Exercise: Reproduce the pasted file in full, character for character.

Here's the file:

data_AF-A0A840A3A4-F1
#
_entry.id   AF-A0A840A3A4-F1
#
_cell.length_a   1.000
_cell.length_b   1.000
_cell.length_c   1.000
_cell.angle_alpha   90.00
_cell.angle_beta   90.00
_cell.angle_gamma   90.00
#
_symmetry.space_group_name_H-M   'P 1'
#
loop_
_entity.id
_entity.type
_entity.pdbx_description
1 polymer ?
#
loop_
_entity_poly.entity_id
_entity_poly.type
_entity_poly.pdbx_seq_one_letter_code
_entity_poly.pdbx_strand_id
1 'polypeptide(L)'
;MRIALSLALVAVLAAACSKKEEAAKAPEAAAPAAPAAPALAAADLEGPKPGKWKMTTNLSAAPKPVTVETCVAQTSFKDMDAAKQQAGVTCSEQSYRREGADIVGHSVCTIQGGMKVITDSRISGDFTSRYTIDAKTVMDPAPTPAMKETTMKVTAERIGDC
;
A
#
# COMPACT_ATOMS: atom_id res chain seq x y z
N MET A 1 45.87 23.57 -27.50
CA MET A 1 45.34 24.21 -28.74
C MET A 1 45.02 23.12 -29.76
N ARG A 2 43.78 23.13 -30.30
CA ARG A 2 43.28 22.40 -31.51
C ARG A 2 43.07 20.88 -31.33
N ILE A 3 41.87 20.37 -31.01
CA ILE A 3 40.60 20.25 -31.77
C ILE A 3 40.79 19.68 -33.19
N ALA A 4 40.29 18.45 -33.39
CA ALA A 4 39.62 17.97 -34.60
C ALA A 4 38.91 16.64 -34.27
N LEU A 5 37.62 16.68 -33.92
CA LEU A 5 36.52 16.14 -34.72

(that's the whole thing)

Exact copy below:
data_AF-A0A840A3A4-F1
#
_entry.id   AF-A0A840A3A4-F1
#
_cell.length_a   1.000
_cell.length_b   1.000
_cell.length_c   1.000
_cell.angle_alpha   90.00
_cell.angle_beta   90.00
_cell.angle_gamma   90.00
#
_symmetry.space_group_name_H-M   'P 1'
#
loop_
_entity.id
_entity.type
_entity.pdbx_description
1 polymer ?
#
loop_
_entity_poly.entity_id
_entity_poly.type
_entity_poly.pdbx_seq_one_letter_code
_entity_poly.pdbx_strand_id
1 'polypeptide(L)'
;MRIALSLALVAVLAAACSKKEEAAKAPEAAAPAAPAAPALAAADLEGPKPGKWKMTTNLSAAPKPVTVETCVAQTSFKDMDAAKQQAGVTCSEQSYRREGADIVGHSVCTIQGGMKVITDSRISGDFTSRYTIDAKTVMDPAPTPAMKETTMKVTAERIGDC
;
A
#
# COMPACT_ATOMS: atom_id res chain seq x y z
N MET A 1 45.87 23.57 -27.50
CA MET A 1 45.34 24.21 -28.74
C MET A 1 45.02 23.12 -29.76
N ARG A 2 43.78 23.13 -30.30
CA ARG A 2 43.28 22.40 -31.51
C ARG A 2 43.07 20.88 -31.33
N ILE A 3 41.87 20.37 -31.01
CA ILE A 3 40.60 20.25 -31.77
C ILE A 3 40.79 19.68 -33.19
N ALA A 4 40.29 18.45 -33.39
CA ALA A 4 39.62 17.97 -34.60
C ALA A 4 38.91 16.64 -34.27
N LEU A 5 37.62 16.68 -33.92
CA LEU A 5 36.52 16.14 -34.72